December 5th, 2012
Tenaciously limping along like Chester on the western TV series “Gunsmoke.” On Monday, the Institute for Supply Management (ISM) released their November Manufacturing Index report, showing a very slight contraction. The downward trend in manufacturing activity will continue to curtail any employment gains. The monthly labor report from the BLS is due this Friday.
On the same day, Markit Economics and ISM released their November Manufacturing Purchasing Managers Index (PMI) report, a survey of purchasing managers at manufacturing companies. An outlook into the near future, the survey showed a solid uptick this past month, giving some hope that the decline in manufacturing may be bottoming or turning upward. For the first time in six months, exports increased; new orders and employment showed a faster rate of expansion but inventories dropped a bit, showing that businesses are still cautious.
The manufacturing PMI for the Eurozone also increased but remains at recession levels. The lackluster demand in Europe will crimp growth in the U.S.
The effects of Superstorm Sandy continue to muddy both the analysis of existing data and forecasting near term trends but there are no strong signs of growth.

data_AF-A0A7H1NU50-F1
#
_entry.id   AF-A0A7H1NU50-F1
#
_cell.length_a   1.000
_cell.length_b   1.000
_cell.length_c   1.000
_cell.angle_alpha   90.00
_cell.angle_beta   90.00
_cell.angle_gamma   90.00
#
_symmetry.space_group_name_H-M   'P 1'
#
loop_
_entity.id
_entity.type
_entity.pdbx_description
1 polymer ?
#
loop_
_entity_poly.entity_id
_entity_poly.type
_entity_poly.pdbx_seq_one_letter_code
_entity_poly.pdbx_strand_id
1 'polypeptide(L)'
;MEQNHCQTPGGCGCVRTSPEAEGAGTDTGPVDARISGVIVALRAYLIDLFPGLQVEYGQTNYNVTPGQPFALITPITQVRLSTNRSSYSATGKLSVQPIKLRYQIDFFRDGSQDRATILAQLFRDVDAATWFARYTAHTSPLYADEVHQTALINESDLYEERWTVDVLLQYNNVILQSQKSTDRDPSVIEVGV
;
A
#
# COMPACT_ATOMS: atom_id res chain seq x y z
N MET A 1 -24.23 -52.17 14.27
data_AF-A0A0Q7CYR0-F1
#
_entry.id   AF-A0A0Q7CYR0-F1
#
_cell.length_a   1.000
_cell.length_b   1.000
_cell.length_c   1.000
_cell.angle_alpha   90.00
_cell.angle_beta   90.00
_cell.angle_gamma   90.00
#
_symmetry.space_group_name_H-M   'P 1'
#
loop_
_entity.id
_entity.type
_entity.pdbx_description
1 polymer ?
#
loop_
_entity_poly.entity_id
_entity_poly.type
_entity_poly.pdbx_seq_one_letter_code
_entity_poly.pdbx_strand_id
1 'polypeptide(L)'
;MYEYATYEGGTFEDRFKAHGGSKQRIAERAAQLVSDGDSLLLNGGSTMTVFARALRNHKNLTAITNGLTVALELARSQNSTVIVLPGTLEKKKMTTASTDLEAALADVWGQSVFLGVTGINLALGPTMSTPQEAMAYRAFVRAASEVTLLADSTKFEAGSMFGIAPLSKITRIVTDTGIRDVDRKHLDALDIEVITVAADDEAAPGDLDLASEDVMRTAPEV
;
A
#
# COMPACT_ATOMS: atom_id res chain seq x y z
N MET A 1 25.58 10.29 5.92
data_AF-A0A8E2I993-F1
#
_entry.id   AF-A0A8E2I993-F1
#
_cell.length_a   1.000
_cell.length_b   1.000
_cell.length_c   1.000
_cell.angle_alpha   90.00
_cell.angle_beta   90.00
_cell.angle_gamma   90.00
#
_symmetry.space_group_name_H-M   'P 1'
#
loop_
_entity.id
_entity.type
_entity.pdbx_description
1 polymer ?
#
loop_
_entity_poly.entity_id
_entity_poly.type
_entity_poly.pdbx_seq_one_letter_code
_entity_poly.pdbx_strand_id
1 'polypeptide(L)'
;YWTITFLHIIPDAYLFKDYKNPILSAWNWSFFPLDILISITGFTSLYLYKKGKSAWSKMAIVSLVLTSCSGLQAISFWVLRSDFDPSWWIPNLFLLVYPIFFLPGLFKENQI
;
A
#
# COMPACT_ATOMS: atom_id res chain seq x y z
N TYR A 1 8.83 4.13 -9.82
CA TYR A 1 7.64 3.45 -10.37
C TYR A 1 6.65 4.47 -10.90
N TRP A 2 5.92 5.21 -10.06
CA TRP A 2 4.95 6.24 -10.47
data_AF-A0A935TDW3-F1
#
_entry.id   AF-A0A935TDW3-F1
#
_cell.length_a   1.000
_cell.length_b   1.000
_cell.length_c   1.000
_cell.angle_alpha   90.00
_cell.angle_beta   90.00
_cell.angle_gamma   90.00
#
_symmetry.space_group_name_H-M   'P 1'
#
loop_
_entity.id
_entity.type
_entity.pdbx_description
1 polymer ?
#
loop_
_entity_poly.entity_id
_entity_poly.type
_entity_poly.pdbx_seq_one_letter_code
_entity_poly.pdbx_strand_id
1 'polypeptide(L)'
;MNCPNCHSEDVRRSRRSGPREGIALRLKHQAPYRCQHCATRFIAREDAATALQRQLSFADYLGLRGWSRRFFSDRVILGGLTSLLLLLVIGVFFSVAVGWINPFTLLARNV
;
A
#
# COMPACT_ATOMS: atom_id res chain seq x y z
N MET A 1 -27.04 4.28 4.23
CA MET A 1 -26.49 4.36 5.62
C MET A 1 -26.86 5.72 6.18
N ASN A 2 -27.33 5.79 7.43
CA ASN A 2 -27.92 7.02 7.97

In Washington, the impasse over the fiscal cliff is not helping. A hundred years ago the Sixteenth Amendment was passed, enabling the Federal Government to levy income taxes. Until then, the Federal government had a rather limited say in defining “fair.” The power to collect taxes on income began a century long debate over what is fair. As any parent knows, each child has their own unique sense of fairness. As children grow up to be adults, they retain this unique intuitive assessment of fairness, layering rationality on top of the child’s sense. Thus we have as many definitions of fair as there are people in the world. The debate will never end until the power to tax incomes is once again removed from the Federal Government, where there are just too many powerful people with too many contending definitions of fairness. The fractiousness is hurting people and businesses. Winston Churchill sensed something eternally and unfortunately true about us: “Americans can always be counted on to do the right thing…after they have exhausted all other possibilities.”